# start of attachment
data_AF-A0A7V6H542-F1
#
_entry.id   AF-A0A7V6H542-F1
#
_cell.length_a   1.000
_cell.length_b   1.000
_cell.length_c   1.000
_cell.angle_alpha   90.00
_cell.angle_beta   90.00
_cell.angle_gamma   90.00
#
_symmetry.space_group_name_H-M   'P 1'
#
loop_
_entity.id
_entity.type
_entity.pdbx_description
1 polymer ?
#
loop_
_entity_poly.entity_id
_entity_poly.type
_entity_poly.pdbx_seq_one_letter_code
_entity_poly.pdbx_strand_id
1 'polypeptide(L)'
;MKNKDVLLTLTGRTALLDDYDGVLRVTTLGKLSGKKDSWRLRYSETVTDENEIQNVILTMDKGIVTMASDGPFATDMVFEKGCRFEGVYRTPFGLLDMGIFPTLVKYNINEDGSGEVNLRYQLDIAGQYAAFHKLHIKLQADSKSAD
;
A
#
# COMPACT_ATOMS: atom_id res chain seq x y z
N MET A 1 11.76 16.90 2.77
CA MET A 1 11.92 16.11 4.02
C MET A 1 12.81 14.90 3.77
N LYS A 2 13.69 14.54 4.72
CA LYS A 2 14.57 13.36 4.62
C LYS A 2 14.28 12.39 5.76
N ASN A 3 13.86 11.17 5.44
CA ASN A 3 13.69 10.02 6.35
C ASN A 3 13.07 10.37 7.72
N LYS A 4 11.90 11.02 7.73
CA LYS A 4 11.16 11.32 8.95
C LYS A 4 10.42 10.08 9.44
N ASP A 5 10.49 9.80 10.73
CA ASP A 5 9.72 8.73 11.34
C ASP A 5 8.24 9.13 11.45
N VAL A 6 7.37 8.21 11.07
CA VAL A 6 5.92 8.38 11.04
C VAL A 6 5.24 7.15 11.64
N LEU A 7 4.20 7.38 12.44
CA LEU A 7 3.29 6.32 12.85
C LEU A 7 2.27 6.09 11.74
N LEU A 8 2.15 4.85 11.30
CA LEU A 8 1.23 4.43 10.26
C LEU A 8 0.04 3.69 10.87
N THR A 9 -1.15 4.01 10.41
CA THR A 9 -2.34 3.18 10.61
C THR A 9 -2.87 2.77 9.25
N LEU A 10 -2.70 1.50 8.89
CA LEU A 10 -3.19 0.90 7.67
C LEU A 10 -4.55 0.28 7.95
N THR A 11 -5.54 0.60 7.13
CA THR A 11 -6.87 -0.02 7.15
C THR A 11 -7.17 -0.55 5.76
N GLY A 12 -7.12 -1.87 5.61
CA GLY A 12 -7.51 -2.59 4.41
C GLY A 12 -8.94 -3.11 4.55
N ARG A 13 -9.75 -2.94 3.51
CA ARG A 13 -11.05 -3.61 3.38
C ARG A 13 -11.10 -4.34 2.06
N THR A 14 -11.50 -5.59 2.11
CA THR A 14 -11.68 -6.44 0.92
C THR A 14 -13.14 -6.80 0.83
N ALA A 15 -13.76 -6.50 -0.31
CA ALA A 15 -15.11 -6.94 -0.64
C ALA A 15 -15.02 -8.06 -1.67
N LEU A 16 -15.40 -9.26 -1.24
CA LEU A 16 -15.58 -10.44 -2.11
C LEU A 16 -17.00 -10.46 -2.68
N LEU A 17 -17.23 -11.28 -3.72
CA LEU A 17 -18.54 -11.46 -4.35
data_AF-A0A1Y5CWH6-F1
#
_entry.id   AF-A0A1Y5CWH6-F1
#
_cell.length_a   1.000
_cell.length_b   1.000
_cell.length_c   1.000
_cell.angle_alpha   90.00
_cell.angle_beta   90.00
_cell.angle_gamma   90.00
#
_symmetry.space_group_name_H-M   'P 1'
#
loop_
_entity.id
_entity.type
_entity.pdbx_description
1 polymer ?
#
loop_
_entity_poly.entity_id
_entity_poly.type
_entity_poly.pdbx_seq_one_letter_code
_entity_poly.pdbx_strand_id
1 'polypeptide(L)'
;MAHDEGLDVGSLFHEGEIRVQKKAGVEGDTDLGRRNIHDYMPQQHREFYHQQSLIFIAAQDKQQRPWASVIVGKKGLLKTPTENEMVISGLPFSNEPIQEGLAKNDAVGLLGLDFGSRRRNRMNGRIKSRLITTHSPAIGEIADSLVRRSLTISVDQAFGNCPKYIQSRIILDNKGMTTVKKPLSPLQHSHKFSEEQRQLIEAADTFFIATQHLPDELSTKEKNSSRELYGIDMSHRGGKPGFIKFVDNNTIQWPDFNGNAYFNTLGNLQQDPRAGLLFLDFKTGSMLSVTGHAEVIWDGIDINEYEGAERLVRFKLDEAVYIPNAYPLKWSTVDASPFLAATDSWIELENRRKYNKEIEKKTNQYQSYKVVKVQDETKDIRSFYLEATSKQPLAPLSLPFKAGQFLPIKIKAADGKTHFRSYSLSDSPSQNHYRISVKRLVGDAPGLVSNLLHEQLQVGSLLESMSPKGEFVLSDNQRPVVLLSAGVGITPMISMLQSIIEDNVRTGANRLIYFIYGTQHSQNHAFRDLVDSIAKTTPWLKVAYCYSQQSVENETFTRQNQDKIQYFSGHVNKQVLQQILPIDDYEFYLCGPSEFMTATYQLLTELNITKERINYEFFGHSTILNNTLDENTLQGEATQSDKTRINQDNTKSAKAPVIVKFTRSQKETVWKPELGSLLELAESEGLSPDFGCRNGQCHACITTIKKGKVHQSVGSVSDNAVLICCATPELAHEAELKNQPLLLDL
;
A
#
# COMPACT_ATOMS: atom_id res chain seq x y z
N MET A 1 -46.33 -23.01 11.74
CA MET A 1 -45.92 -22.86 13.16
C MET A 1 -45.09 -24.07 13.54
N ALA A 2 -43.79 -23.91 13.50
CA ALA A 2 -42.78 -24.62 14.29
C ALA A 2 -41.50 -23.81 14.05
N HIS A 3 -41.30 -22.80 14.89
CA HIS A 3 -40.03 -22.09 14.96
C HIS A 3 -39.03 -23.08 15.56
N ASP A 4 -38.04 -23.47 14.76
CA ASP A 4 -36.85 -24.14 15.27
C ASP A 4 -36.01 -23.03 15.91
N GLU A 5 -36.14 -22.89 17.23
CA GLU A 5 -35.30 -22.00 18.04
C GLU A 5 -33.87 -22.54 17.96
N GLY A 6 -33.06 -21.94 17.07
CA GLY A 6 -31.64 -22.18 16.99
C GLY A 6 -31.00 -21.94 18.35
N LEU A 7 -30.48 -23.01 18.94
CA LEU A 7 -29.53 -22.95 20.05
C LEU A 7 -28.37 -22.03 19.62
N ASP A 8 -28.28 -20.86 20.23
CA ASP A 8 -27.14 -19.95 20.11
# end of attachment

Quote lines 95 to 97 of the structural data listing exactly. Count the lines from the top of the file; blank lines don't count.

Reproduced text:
_entity.id
_entity.type
_entity.pdbx_description